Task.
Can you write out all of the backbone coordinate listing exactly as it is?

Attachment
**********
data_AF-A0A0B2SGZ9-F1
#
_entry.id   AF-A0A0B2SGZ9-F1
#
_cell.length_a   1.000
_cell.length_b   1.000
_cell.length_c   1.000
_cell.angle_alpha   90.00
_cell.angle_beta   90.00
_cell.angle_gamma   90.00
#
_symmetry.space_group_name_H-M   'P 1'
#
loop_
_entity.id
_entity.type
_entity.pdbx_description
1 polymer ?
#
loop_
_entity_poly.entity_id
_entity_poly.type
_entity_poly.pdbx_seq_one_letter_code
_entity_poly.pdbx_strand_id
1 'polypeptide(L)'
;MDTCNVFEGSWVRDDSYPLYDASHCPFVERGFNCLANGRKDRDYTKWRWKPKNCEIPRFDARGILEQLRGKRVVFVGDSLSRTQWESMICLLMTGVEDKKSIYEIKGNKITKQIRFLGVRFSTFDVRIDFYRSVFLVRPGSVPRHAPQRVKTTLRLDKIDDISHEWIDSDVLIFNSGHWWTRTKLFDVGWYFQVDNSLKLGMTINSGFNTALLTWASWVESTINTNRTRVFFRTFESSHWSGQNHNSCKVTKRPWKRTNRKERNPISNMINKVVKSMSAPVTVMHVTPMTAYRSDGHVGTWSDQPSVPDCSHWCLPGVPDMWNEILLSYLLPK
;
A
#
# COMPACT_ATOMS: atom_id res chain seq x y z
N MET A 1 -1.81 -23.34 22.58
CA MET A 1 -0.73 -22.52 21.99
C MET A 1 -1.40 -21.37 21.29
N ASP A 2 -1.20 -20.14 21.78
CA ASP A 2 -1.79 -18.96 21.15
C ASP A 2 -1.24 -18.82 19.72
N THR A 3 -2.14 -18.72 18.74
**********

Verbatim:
data_AF-A0A0B2SGZ9-F1
#
_entry.id   AF-A0A0B2SGZ9-F1
#
_cell.length_a   1.000
_cell.length_b   1.000
_cell.length_c   1.000
_cell.angle_alpha   90.00
_cell.angle_beta   90.00
_cell.angle_gamma   90.00
#
_symmetry.space_group_name_H-M   'P 1'
#
loop_
_entity.id
_entity.type
_entity.pdbx_description
1 polymer ?
#
loop_
_entity_poly.entity_id
_entity_poly.type
_entity_poly.pdbx_seq_one_letter_code
_entity_poly.pdbx_strand_id
1 'polypeptide(L)'
;MDTCNVFEGSWVRDDSYPLYDASHCPFVERGFNCLANGRKDRDYTKWRWKPKNCEIPRFDARGILEQLRGKRVVFVGDSLSRTQWESMICLLMTGVEDKKSIYEIKGNKITKQIRFLGVRFSTFDVRIDFYRSVFLVRPGSVPRHAPQRVKTTLRLDKIDDISHEWIDSDVLIFNSGHWWTRTKLFDVGWYFQVDNSLKLGMTINSGFNTALLTWASWVESTINTNRTRVFFRTFESSHWSGQNHNSCKVTKRPWKRTNRKERNPISNMINKVVKSMSAPVTVMHVTPMTAYRSDGHVGTWSDQPSVPDCSHWCLPGVPDMWNEILLSYLLPK
;
A
#
# COMPACT_ATOMS: atom_id res chain seq x y z
N MET A 1 -1.81 -23.34 22.58
CA MET A 1 -0.73 -22.52 21.99
C MET A 1 -1.40 -21.37 21.29
N ASP A 2 -1.20 -20.14 21.78
CA ASP A 2 -1.79 -18.96 21.15
C ASP A 2 -1.24 -18.82 19.72
N THR A 3 -2.14 -18.72 18.74